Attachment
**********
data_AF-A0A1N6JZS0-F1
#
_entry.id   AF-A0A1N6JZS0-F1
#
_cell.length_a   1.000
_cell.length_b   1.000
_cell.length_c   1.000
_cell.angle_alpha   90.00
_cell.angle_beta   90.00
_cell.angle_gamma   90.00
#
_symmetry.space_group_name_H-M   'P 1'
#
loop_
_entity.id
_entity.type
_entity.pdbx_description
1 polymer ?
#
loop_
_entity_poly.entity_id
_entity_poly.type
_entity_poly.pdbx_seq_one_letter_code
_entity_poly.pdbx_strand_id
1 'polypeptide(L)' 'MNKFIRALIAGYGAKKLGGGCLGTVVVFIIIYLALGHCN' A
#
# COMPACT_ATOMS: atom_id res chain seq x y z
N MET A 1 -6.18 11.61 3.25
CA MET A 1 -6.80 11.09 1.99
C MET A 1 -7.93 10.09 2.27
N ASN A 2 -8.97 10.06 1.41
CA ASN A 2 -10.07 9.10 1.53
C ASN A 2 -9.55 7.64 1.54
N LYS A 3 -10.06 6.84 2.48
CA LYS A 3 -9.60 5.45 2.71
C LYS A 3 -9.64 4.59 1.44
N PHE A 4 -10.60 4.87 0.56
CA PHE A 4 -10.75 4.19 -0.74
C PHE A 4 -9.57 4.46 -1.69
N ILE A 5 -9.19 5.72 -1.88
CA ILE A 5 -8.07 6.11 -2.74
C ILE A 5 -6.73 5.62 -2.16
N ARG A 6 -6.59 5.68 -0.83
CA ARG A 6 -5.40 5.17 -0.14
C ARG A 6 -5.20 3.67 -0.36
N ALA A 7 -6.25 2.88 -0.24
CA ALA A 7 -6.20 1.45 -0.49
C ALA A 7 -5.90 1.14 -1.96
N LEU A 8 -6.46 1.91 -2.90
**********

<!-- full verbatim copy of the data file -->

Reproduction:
data_AF-A0A1N6JZS0-F1
#
_entry.id   AF-A0A1N6JZS0-F1
#
_cell.length_a   1.000
_cell.length_b   1.000
_cell.length_c   1.000
_cell.angle_alpha   90.00
_cell.angle_beta   90.00
_cell.angle_gamma   90.00
#
_symmetry.space_group_name_H-M   'P 1'
#
loop_
_entity.id
_entity.type
_entity.pdbx_description
1 polymer ?
#
loop_
_entity_poly.entity_id
_entity_poly.type
_entity_poly.pdbx_seq_one_letter_code
_entity_poly.pdbx_strand_id
1 'polypeptide(L)' 'MNKFIRALIAGYGAKKLGGGCLGTVVVFIIIYLALGHCN' A
#
# COMPACT_ATOMS: atom_id res chain seq x y z
N MET A 1 -6.18 11.61 3.25
CA MET A 1 -6.80 11.09 1.99
C MET A 1 -7.93 10.09 2.27
N ASN A 2 -8.97 10.06 1.41
CA ASN A 2 -10.07 9.10 1.53
C ASN A 2 -9.55 7.64 1.54
N LYS A 3 -10.06 6.84 2.48
CA LYS A 3 -9.60 5.45 2.71
C LYS A 3 -9.64 4.59 1.44
N PHE A 4 -10.60 4.87 0.56
CA PHE A 4 -10.75 4.19 -0.74
C PHE A 4 -9.57 4.46 -1.69
N ILE A 5 -9.19 5.72 -1.88
CA ILE A 5 -8.07 6.11 -2.74
C ILE A 5 -6.73 5.62 -2.16
N ARG A 6 -6.59 5.68 -0.83
CA ARG A 6 -5.40 5.17 -0.14
C ARG A 6 -5.20 3.67 -0.36
N ALA A 7 -6.25 2.88 -0.24
CA ALA A 7 -6.20 1.45 -0.49
C ALA A 7 -5.90 1.14 -1.96
N LEU A 8 -6.46 1.91 -2.90